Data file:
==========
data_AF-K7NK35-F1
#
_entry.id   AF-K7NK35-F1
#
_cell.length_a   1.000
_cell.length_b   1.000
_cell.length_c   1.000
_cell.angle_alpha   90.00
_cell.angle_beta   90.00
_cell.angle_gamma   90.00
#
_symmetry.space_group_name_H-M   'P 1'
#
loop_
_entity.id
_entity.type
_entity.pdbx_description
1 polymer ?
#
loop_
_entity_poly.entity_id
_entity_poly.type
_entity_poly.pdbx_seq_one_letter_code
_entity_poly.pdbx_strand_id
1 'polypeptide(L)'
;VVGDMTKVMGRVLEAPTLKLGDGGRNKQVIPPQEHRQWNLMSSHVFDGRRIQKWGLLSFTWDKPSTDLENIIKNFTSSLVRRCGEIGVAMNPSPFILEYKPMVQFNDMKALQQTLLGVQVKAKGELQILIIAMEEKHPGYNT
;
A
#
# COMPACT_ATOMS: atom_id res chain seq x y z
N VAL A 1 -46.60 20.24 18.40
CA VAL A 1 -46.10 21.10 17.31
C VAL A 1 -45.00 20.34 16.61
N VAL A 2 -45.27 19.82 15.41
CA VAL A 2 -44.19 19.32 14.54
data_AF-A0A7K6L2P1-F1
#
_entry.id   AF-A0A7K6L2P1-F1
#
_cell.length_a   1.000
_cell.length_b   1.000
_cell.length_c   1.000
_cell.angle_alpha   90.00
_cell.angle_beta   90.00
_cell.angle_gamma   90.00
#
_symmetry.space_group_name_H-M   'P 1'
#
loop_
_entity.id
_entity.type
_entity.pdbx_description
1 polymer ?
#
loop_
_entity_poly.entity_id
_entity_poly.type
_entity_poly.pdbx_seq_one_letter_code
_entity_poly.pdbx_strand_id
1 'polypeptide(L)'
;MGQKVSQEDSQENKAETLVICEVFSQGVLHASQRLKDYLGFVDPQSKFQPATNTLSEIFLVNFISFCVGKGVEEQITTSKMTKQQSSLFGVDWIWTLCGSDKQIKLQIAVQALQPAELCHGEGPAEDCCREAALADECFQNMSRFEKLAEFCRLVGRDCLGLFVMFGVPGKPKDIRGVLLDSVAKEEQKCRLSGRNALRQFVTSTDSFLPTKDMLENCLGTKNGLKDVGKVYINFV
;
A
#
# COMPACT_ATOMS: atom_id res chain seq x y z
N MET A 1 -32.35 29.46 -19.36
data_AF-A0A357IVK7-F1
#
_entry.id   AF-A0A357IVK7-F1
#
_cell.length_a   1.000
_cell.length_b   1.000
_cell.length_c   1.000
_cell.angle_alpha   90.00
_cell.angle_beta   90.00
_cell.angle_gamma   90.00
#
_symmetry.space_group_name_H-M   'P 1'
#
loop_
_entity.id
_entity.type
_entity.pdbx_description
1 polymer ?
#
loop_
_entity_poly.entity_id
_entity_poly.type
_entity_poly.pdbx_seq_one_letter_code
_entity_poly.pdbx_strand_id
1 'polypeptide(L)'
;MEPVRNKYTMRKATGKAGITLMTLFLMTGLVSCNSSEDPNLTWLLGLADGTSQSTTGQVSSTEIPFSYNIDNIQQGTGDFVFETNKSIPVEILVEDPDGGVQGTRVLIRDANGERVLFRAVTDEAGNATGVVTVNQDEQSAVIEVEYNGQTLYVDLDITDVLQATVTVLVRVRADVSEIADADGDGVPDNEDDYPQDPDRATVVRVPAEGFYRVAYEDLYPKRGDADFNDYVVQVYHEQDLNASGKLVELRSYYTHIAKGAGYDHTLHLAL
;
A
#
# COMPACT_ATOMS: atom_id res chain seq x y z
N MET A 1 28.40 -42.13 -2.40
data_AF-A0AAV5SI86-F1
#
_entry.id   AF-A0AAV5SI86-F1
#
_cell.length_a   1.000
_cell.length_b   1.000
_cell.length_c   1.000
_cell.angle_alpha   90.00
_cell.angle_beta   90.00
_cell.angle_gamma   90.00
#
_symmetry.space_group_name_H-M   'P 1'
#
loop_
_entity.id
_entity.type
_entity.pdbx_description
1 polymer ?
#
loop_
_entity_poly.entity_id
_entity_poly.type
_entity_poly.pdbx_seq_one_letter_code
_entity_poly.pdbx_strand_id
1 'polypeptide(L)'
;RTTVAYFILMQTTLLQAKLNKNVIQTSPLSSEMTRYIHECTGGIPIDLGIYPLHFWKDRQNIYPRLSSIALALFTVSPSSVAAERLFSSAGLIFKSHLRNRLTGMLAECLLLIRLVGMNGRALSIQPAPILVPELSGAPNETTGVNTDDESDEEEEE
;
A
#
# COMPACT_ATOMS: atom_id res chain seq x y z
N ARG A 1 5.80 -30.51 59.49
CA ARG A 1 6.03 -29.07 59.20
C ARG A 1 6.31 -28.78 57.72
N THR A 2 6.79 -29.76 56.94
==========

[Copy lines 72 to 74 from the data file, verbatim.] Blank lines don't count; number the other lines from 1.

_cell.length_b   1.000
_cell.length_c   1.000
_cell.angle_alpha   90.00